This is a middle class bastion. Mulund and Ghatkopar are home to predominantly middle and upper middle class populace, many from the entrepreneurial Gujarati community. Thane was inhabited with people of the Agri and Koli communities, and their villages still exist today as “Chendani Koliwada”, “Kopari Goan”, and “Uthalsar”. It also includes Majiwade, Balkum, Dhokali, Kolshet, Wadavli, and others. In 1825, when the British explored their newly annexed territories in Bassein, they discovered that Thane was inhabited primarily by Roman Catholics, who are both native and Portuguese, and that the latter was virtually indistinguishable[citation needed] from the former in skin color and custom. The local villagers, like Kolis (fishermen), are converted into indigenous Catholics mostly from villages of Chendani, Koliwada, and Majiwada. The Agri and Koli community people had their own culture.[citation needed] Some of the upper class East Indian families in the Khatri ward of Thane still speak Portuguese.
  Harbour Suburbs (Chembur, Mankhurd, Govandi, Trombay)
Before the development of Navi Mumbai as a satellite town of Bombay, this area used to be known only for the existence of an atomic research centre. Now this is known for being on the way to Navi Mumbai.
  North Mumbai (Manori, Jogeshwari, Borivali, Gorai, Dahisar)
Had some beaches that are not dirty. Other than this, it is just another victim of Bombay’s vast urban sprawl. Contains the Sanjay Gandhi National Park and Mumbai’s oldest heritage sites: the Kanheri, Mahakali, Jogeshwari, and Mandapeshwar rock-cut temples dating from the 1st century B.C to the 5th century A.D. The Global Vipassana Pagoda is a notable monument in Gorai. The pagoda is claimed to serve as a monument of peace and harmony. This monument was inaugurated by Pratibha Patil, the President of India in 2009. It is in the north of Mumbai in an area called Gorai and is built on donated land on a peninsula between Gorai creek and the Arabian Sea. Essel world, India’s largest amusement park is also found on the Gorai island, beside the global vipassana pagoda.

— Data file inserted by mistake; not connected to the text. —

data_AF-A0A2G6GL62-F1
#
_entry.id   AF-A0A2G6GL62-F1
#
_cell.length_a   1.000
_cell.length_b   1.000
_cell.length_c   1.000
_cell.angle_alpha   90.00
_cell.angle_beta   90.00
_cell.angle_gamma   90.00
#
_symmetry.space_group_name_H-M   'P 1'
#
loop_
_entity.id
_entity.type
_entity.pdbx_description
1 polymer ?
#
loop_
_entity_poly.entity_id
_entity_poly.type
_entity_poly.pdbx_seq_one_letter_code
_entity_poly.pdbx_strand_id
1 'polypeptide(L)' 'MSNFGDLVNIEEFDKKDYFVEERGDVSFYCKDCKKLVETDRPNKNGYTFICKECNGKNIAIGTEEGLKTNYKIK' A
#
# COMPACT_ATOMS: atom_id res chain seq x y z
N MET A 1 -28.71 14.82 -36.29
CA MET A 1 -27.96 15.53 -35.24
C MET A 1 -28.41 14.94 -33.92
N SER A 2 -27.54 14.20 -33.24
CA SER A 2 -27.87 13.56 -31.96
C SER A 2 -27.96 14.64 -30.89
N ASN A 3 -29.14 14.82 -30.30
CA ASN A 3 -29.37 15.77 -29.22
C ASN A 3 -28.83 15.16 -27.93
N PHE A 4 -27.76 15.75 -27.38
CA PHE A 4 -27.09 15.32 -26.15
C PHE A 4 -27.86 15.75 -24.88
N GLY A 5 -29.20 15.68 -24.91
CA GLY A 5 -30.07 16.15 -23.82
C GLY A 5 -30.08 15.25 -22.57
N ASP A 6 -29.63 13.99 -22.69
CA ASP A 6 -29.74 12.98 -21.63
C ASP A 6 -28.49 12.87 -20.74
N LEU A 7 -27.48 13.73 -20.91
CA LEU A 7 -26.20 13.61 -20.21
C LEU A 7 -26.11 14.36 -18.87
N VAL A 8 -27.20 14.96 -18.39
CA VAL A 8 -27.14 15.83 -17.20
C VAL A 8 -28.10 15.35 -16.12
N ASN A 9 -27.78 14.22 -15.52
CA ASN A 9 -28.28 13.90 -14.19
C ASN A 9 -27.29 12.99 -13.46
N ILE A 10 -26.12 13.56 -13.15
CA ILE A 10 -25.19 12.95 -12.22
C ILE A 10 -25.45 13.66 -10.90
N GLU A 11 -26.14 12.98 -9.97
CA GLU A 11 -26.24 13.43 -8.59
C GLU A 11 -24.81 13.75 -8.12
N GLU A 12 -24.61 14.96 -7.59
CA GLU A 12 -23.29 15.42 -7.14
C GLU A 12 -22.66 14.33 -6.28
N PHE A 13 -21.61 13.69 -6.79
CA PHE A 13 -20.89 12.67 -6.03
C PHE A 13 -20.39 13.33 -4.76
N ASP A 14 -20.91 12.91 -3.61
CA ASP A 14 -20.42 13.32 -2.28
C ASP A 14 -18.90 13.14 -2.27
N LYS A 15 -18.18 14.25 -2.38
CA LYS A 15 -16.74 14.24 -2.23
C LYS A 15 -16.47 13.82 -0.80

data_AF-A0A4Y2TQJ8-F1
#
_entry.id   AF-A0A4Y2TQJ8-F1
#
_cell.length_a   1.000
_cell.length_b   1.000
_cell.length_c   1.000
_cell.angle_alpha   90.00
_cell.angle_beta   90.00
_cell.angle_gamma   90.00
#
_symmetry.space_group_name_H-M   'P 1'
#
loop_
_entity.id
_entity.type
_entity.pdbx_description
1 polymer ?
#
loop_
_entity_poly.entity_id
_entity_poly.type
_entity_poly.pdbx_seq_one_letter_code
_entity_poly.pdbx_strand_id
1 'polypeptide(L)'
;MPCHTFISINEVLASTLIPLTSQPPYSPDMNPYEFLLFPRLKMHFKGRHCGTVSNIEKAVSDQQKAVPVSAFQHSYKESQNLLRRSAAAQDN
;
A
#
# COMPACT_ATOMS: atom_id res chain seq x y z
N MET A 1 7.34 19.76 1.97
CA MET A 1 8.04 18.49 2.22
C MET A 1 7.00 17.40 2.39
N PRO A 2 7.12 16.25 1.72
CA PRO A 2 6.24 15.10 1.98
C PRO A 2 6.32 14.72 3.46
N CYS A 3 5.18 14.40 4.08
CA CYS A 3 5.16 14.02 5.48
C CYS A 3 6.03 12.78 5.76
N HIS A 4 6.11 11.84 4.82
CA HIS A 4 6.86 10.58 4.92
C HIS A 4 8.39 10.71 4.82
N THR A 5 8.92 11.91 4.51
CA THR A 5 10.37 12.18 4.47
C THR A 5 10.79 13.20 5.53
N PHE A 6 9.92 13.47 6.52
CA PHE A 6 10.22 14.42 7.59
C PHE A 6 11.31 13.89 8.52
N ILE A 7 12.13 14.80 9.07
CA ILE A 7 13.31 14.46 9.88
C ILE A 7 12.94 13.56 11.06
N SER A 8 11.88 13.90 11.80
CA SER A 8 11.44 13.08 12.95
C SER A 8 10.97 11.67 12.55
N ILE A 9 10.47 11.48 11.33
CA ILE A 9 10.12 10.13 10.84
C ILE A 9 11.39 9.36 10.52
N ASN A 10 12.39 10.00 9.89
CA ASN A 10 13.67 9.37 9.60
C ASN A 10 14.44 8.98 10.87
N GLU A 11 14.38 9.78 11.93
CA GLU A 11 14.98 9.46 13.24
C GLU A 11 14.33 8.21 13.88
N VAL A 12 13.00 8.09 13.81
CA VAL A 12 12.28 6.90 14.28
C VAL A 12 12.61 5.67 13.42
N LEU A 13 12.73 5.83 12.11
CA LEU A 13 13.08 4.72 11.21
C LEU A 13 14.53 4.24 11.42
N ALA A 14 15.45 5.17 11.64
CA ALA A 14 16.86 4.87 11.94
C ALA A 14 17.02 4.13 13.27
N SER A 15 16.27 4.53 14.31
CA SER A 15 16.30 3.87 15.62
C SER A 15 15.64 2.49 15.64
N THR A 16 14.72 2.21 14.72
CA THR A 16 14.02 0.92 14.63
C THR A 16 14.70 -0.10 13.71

Western and Central, East and West

A visitor to Mumbai’s suburbs will quickly learn that the suburbs are divided into “Western” and “Central”. You will also hear of a “West” side and an “East” side. Here is a quick explanation for the confused.

  • The Western and Central suburbs are named after the local railway lines that serve the respective areas. The Western and Central Railways are rail lines that serve the western and central parts of India. Both have their headquarters in Mumbai. The Harbour Line is a feeder line that connects the harbour areas to the Central and Western lines. It also provides connectivity to the Northeastern suburbs of Mumbai and onwards to Navi Mumbai. Most of these areas do not lie anywhere close to an harbour.
  • Almost all localities in Mumbai have a “West” side and an “East” side. “West” means west of the railway line and “East” means east of the railway line. For example, Mulund (West) means that the area is to the west of the Mulund railway station. In addresses, West and East are abbreviated, i.e. Mulund(W) and Mulund(E).

Mumbai is a city built in successive waves of migrations. The neighbourhoods acquired their character from the communities that settled there first. These neighbourhoods are too numerous to list and there is no commonly accepted way to group these neighbourhoods into larger districts. But roughly, from the south to the north, this is how the city developed.